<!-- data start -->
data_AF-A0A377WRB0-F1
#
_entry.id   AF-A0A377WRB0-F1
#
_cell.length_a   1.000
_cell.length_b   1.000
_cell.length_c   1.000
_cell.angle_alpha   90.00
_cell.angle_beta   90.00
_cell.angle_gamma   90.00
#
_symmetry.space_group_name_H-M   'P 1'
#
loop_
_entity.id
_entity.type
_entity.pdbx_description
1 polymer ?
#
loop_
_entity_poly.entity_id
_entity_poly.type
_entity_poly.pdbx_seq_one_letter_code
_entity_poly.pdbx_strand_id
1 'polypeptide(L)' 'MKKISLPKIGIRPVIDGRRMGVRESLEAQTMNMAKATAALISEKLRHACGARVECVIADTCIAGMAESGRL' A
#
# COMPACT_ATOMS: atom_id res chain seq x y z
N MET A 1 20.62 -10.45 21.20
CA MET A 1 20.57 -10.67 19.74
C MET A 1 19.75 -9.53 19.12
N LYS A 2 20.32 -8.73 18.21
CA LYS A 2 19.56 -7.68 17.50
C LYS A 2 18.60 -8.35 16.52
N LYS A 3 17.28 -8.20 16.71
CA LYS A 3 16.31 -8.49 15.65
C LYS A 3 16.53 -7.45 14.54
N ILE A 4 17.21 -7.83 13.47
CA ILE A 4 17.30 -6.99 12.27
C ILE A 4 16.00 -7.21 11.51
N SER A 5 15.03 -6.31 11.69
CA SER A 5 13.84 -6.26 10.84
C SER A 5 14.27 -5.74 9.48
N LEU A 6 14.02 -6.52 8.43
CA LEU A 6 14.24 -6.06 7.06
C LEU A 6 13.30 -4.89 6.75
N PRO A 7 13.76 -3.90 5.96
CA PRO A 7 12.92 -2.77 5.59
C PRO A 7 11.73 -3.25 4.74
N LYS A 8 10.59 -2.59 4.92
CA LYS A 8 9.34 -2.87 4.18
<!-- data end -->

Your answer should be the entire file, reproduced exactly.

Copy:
data_AF-A0A377WRB0-F1
#
_entry.id   AF-A0A377WRB0-F1
#
_cell.length_a   1.000
_cell.length_b   1.000
_cell.length_c   1.000
_cell.angle_alpha   90.00
_cell.angle_beta   90.00
_cell.angle_gamma   90.00
#
_symmetry.space_group_name_H-M   'P 1'
#
loop_
_entity.id
_entity.type
_entity.pdbx_description
1 polymer ?
#
loop_
_entity_poly.entity_id
_entity_poly.type
_entity_poly.pdbx_seq_one_letter_code
_entity_poly.pdbx_strand_id
1 'polypeptide(L)' 'MKKISLPKIGIRPVIDGRRMGVRESLEAQTMNMAKATAALISEKLRHACGARVECVIADTCIAGMAESGRL' A
#
# COMPACT_ATOMS: atom_id res chain seq x y z
N MET A 1 20.62 -10.45 21.20
CA MET A 1 20.57 -10.67 19.74
C MET A 1 19.75 -9.53 19.12
N LYS A 2 20.32 -8.73 18.21
CA LYS A 2 19.56 -7.68 17.50
C LYS A 2 18.60 -8.35 16.52
N LYS A 3 17.28 -8.20 16.71
CA LYS A 3 16.31 -8.49 15.65
C LYS A 3 16.53 -7.45 14.54
N ILE A 4 17.21 -7.83 13.47
CA ILE A 4 17.30 -6.99 12.27
C ILE A 4 16.00 -7.21 11.51
N SER A 5 15.03 -6.31 11.69
CA SER A 5 13.84 -6.26 10.84
C SER A 5 14.27 -5.74 9.48
N LEU A 6 14.02 -6.52 8.43
CA LEU A 6 14.24 -6.06 7.06
C LEU A 6 13.30 -4.89 6.75
N PRO A 7 13.76 -3.90 5.96
CA PRO A 7 12.92 -2.77 5.59
C PRO A 7 11.73 -3.25 4.74
N LYS A 8 10.59 -2.59 4.92
CA LYS A 8 9.34 -2.87 4.18